Congress has a work completion problem. The latest example came yesterday when the House approved a two-month extension of the Highway Trust Fund, which makes dollars available for transportation projects and maintenance. And the Senate is likely to follow suit by the end of the week.
|More road construction would put Americans to work.|
Stymied by gridlock, Capitol Hill lawmakers are ignoring the huge problems of U.S. infrastructure investment. Trillions are needed to improve roads, bridges, rail, mass transit, airports and ports in this country, but elected officials continually punt on the problem. Time is running short, however, as the Teamsters and others have repeatedly said.
The White House, frustrated by inaction, used yesterday's House action to call Congress on the mat. U.S. Transportation Secretary Anthony Foxx noted in a blog that Tuesday's vote was the 33rd short-term funding measure in the last six years. He said the nation is suffering because of it:
On the surface, funding transportation drop-by-drop might not seem like such a big problem. But it is, and the facts are unassailable. This era of short-term patches and chronic federal underinvestment has crippled America’s ability to build the transportation system we need.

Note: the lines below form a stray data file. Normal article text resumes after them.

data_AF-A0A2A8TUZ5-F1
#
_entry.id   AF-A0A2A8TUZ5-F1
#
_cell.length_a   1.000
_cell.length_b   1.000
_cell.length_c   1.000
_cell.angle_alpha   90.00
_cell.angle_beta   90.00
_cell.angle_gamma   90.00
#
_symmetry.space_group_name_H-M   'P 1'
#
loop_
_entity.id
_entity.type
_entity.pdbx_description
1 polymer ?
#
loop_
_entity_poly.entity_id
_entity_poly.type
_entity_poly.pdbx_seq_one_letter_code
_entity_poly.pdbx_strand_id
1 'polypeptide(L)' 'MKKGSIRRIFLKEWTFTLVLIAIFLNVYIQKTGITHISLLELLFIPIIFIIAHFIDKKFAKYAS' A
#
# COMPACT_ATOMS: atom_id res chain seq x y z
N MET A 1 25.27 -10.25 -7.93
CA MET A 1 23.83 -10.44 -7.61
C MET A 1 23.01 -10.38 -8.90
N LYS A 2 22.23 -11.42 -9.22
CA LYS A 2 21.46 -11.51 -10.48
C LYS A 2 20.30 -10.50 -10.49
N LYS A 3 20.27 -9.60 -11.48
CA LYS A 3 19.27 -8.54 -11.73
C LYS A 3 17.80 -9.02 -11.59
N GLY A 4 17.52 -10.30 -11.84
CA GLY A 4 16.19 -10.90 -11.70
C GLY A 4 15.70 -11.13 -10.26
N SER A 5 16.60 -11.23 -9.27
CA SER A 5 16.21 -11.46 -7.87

Both parties admit there has been a policy failure. But as an article in The Atlantic points out, the problem comes down to how to pay for such investment going forward:
The most popular alternative at the moment is to use revenue generated by taxing repatriated earnings that U.S. companies now keep overseas. But there is disagreement over the details of that proposal, and Republicans believe it would only work if included in a broader tax-reform plan—an even heavier political lift. In fact, the reason Congress is reauthorizing the Highway Trust Fund for just two months is because lawmakers couldn’t agree on how to fund it for the remainder of the year, let alone for the rest of the decade. It has enough money to last through July, and Republicans are reluctant to simply transfer more money from the Treasury’s general fund, as they have done in the past. As a result, Congress probably will have to pass yet another extension this summer, which would be the third in the last year. A highway bill lasting for more than two years hasn’t passed on Capitol Hill in a decade.
The stopgap funding is bad, advocates say, because the biggest infrastructure projects can takes years of planning, and states won’t start them without knowing how much money they’ll get from the federal government. Industry officials estimate that $2 billion in projects have already been pulled back so far this year because of the inaction in Washington.
All of this is frankly unacceptable. Now should be the time to build, repair and maintain America! But many on Capitol Hill seems more than happy to ignore our infrastructure woes. That decision not only hurts those who commute to work and earn a living on the road, it also prevents putting people to work earning good middle-class wages in transportation construction.
Lawmakers must do a better job here. They were elected to get things done, but instead offer only platitudes on why they're not. Investing in infrastructure would help businesses and workers alike, and would boost the economy.
Come on, Congress! Let's get America working!